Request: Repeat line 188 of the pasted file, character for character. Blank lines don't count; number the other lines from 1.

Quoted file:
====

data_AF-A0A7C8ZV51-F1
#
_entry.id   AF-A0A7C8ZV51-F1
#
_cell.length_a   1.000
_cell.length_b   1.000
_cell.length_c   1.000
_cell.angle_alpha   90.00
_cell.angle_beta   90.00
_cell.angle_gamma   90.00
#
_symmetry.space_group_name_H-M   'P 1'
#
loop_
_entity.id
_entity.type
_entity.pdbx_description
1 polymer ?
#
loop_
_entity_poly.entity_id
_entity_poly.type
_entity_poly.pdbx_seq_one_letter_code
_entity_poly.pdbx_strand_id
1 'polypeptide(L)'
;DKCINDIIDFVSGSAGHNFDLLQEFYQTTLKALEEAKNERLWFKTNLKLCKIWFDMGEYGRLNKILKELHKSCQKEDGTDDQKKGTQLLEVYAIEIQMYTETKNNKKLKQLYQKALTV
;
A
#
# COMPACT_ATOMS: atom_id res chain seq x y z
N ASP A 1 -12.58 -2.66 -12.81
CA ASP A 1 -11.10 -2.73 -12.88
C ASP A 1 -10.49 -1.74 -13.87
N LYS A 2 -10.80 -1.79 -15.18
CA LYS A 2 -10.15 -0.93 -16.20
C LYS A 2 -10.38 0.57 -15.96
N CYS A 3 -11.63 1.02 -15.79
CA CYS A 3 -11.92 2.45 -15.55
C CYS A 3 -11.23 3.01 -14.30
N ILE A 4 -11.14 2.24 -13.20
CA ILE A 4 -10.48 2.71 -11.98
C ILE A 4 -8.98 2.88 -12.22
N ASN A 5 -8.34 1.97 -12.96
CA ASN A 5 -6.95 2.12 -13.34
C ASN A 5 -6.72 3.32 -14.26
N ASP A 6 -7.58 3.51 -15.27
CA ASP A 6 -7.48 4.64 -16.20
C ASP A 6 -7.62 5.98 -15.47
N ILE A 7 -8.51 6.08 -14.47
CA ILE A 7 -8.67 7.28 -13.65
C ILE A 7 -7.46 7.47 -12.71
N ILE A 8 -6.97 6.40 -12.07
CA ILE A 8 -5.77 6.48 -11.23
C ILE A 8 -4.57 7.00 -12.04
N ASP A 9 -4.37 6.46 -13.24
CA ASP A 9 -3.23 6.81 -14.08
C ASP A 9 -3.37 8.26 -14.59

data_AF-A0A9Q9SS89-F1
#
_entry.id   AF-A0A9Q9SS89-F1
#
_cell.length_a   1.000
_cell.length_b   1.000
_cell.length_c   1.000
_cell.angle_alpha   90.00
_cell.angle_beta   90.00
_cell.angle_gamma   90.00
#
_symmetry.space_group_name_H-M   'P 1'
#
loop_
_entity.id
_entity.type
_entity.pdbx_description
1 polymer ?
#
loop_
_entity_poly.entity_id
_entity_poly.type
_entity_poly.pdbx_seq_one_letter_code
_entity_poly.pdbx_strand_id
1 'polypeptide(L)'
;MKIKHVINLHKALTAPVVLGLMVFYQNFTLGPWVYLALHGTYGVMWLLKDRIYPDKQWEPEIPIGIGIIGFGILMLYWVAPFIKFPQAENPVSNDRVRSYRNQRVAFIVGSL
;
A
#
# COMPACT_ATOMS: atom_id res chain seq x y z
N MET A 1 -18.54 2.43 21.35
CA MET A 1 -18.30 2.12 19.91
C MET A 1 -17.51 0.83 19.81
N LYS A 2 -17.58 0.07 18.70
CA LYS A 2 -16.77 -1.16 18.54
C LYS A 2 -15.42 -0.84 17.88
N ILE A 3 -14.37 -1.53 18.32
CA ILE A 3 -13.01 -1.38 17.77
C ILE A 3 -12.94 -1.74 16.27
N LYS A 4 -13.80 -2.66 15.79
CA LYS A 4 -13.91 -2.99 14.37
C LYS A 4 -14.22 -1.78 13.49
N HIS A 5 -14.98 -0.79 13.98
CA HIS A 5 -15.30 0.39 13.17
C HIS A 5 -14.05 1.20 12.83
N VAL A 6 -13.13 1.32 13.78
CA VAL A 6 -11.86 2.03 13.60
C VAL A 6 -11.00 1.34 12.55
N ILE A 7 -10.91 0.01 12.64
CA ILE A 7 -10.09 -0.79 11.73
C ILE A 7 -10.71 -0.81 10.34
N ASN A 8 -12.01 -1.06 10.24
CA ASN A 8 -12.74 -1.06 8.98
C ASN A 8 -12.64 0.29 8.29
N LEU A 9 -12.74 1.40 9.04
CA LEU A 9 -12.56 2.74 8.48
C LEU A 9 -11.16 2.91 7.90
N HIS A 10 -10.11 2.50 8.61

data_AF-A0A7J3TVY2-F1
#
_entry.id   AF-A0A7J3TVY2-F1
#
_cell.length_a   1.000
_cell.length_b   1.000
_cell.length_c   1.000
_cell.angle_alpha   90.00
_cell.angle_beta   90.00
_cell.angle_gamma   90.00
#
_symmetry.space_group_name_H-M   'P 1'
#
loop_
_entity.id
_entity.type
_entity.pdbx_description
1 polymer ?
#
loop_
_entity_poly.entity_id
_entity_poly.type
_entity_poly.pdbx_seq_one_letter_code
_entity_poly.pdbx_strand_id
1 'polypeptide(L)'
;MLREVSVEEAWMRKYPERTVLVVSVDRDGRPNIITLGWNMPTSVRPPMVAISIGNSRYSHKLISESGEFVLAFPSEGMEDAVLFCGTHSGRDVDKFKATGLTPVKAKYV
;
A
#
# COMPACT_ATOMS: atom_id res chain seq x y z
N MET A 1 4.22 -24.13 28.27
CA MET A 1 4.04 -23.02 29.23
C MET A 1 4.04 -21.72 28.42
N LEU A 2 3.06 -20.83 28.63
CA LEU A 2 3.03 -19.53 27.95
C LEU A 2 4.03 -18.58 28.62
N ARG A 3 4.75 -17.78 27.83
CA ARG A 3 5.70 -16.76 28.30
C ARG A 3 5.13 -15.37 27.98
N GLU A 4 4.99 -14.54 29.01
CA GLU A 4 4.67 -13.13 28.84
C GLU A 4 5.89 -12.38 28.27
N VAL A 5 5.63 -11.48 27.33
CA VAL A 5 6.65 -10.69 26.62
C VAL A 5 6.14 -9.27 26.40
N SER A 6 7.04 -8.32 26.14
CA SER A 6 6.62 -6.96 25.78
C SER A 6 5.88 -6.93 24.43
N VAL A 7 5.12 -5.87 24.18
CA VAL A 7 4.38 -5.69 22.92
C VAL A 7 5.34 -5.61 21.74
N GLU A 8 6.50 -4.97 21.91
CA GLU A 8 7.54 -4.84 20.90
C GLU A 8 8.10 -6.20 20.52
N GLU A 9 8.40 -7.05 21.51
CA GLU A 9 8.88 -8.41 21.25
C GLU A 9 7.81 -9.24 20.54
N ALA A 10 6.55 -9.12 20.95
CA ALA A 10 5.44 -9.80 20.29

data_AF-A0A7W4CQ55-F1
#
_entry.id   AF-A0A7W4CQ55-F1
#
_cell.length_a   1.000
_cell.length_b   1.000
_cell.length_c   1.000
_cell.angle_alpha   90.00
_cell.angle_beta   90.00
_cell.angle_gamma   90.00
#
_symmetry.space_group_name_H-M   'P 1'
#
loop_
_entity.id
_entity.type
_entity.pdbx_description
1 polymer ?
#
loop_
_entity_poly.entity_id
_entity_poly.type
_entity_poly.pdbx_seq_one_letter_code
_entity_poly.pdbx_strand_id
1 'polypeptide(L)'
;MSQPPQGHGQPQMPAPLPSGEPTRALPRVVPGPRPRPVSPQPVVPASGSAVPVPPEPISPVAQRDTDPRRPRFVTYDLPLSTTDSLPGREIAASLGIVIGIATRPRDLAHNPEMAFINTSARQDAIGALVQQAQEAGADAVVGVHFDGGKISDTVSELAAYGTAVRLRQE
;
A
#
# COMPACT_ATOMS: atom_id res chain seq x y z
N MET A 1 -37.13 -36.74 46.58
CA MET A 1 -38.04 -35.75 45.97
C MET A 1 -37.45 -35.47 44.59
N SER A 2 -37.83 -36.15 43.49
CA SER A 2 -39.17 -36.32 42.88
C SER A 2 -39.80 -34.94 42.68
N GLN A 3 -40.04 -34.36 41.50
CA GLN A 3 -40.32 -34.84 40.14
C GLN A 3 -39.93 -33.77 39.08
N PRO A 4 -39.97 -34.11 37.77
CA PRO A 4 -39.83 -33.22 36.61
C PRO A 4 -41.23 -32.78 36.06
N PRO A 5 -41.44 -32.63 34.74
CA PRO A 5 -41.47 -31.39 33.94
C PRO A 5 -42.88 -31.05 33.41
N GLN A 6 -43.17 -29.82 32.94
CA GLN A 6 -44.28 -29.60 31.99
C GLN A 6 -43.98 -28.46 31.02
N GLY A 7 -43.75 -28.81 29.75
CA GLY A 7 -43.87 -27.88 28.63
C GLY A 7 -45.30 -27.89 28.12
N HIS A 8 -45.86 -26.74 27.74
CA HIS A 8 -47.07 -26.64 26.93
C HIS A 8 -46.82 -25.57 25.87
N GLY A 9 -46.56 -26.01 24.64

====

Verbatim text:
loop_